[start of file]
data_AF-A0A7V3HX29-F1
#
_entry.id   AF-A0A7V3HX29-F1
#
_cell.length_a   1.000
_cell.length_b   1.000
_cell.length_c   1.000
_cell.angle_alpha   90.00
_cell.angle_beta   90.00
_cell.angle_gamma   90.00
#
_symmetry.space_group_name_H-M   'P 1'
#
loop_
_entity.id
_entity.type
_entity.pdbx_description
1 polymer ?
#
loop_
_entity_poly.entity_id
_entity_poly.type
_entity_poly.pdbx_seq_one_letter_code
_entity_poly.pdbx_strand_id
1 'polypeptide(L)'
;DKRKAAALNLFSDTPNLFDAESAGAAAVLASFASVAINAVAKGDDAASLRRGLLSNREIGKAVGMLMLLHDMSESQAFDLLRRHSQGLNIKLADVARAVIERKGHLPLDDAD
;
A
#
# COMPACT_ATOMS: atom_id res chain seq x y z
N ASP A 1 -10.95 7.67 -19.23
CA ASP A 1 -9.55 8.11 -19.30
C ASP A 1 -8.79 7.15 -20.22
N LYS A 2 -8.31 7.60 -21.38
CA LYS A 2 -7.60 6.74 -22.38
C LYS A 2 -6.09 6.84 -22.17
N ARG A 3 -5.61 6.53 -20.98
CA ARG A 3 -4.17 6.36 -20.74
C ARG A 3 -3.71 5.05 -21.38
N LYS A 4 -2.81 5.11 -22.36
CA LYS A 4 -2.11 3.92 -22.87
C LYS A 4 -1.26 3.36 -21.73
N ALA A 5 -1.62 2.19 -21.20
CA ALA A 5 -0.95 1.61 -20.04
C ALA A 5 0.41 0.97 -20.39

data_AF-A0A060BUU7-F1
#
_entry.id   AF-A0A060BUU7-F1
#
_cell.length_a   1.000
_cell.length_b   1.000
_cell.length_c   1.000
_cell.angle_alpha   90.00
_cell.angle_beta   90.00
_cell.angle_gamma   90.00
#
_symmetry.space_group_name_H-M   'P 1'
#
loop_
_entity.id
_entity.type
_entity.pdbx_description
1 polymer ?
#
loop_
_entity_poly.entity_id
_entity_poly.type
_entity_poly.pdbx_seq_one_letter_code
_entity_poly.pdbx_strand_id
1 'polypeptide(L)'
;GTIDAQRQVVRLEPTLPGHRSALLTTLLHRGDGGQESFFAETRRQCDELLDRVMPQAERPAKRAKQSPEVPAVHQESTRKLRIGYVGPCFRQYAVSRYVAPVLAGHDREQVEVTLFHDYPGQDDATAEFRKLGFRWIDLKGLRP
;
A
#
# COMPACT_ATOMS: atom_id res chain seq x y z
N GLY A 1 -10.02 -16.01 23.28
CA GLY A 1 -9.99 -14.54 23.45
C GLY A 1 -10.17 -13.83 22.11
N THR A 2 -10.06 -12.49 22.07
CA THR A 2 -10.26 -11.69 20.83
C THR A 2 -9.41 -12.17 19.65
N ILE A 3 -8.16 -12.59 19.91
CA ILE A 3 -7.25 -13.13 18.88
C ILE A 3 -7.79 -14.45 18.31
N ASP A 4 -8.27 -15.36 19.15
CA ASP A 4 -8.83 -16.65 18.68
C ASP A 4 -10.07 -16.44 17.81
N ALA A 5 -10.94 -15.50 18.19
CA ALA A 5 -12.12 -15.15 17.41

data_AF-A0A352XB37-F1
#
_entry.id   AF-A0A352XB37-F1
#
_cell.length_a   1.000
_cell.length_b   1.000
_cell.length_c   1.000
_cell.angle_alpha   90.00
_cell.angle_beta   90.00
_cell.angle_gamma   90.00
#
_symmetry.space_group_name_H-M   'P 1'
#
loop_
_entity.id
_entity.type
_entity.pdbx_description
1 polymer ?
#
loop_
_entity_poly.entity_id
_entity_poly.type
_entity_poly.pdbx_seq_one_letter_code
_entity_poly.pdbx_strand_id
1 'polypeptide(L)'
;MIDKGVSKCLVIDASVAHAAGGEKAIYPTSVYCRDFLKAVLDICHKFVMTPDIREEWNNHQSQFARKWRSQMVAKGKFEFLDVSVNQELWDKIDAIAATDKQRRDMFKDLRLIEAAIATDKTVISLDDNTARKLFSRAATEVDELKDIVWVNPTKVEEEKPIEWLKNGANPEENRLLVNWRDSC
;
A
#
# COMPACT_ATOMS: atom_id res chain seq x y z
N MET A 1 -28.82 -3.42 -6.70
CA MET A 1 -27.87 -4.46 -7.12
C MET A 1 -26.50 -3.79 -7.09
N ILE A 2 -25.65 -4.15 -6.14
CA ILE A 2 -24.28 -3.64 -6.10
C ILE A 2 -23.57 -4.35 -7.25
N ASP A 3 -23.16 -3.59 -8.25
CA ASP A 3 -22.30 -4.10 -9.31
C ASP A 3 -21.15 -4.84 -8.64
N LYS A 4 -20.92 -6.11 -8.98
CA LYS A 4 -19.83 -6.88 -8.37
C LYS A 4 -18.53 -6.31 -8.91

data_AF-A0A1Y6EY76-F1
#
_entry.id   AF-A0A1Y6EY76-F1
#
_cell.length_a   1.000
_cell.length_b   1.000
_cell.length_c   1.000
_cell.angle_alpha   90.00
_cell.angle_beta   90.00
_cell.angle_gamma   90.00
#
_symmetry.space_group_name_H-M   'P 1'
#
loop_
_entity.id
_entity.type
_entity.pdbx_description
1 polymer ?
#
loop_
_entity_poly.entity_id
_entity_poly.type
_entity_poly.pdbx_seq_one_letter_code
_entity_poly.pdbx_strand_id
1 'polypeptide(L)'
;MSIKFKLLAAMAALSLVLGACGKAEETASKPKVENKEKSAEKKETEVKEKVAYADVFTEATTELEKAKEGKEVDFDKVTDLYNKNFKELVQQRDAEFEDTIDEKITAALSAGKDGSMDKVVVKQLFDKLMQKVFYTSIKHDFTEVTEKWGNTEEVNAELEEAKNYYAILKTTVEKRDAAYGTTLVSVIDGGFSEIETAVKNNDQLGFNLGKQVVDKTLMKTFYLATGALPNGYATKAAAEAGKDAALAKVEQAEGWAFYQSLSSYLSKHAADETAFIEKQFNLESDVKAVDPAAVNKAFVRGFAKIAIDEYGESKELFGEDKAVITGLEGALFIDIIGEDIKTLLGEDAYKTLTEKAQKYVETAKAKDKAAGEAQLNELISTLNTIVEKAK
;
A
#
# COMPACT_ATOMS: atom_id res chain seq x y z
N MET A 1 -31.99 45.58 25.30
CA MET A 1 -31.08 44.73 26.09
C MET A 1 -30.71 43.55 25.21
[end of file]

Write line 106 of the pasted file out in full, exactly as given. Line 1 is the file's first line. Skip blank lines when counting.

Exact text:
_entity.pdbx_description